I am a huge dandelion puff fan. If my father reads this, I'm sure he'd groan, since he spends a lot of time making sure they stay off the lawn. If he could, he'd set up some sort of invisible force-field to ward off blowing dandelion seeds. Not to mention, in this part of town, if you have one of those yellow heads peeping up from your yard, the neighbours might revolt. This is one manicured neighbourhood. Neighbour wrath aside, the real peril is the trek out to photograph the puffs. The mosquitoes around here travel in gangs. I am fairly certain they're responsible for our city's graffiti problem. They are definitely responsible for the puffiness of my derriere, which was attacked without mercy on the occasion of the puff photo shoot. I was wearing several layers of denim that particular evening, not as an homage to the denim-on-denim fashion atrocity of the 80s, no, but as skeeter armor. It failed. It did not deter the skeeters from getting me in my largest of targets as I bent and squatted to get my shots. Folks, there is nothing elegant about a vigorous bum scratch, not even if the other hand is gripping a beer. Alas. Considering all the floral shoots I've been doing this season thanks to the discovery of apple?cherry? blossoms in the 'hood, it would come as little surprise should my bottom swell to titanic proportions. Rest assured that in such an eventuality, I will photograph it for the posterity of my posterior.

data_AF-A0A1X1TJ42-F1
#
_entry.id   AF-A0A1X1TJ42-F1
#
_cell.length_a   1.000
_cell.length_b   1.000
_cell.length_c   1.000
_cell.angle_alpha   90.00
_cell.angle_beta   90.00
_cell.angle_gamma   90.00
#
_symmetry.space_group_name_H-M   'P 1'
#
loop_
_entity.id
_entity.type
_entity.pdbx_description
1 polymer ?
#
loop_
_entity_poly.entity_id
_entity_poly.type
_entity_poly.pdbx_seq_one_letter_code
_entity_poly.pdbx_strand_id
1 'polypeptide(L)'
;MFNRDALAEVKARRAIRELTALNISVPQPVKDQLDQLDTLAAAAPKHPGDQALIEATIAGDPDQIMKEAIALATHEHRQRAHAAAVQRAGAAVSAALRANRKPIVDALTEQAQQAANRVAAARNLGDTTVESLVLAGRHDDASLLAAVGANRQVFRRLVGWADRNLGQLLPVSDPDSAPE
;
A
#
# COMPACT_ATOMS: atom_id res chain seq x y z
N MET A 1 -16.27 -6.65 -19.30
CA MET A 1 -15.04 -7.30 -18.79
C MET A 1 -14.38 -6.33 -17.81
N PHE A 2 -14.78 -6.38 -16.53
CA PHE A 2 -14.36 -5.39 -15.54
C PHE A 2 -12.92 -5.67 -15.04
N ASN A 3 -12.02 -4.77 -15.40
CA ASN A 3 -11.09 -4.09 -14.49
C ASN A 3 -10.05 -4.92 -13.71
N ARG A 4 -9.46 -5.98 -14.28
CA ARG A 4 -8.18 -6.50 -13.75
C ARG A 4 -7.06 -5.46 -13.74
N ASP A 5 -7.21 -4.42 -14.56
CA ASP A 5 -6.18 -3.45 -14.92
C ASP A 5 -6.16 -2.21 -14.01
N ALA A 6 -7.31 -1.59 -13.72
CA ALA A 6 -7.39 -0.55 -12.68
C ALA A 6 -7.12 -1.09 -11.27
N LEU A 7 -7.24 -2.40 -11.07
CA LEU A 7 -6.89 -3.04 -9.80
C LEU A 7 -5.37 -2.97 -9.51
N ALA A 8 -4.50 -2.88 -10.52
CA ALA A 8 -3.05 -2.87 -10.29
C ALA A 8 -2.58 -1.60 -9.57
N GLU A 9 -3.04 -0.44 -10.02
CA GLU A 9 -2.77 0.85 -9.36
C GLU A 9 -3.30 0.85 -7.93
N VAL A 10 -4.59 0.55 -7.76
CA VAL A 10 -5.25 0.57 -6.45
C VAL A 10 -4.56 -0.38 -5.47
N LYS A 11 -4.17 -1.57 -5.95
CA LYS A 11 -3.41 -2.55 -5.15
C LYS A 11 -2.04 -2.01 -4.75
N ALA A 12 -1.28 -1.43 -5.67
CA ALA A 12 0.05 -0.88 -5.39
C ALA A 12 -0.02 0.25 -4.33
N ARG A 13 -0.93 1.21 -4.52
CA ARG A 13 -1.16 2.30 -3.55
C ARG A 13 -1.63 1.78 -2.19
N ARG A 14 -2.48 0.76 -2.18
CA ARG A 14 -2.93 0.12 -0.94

I tried to get a little creative with the puff images. I love the sort of natural watery-ness to the images, the melding of the greens and shadows that sort of came about naturally. That sort of thing lends itself to a little artistic filtering with good old Adobe Photoshop. I find that this kind of artistic playfulness lends itself well to the puffs,especially not everybody might find framing and hanging dandelion fuzz on their wall quite as charming as I do.
I don't often fool with the images, filtering them and whatnot, but when I do, I like the results. In some cases, an artistic filter can salvage a shot I might have otherwise deleted. I once read the testimonial of a photog who won a prize in National Geographic's wildlife contest where she said she was about to delete the blurred photo of a running rabbit, but thought better of it, and used a filter to sort of play up the motion blur of the critter. Almost garbage, now a winner. I'm no Picasso (or Ansel Adams, for that matter), and some folks aren't into photography, but if you turn the image into a painting-esque print or something? Instant wall art. What do you think? To filter or not to filter?
Either way (shameless webstore plug ensuing), the puffs au naturale and avec a filter will soon be available for purchase.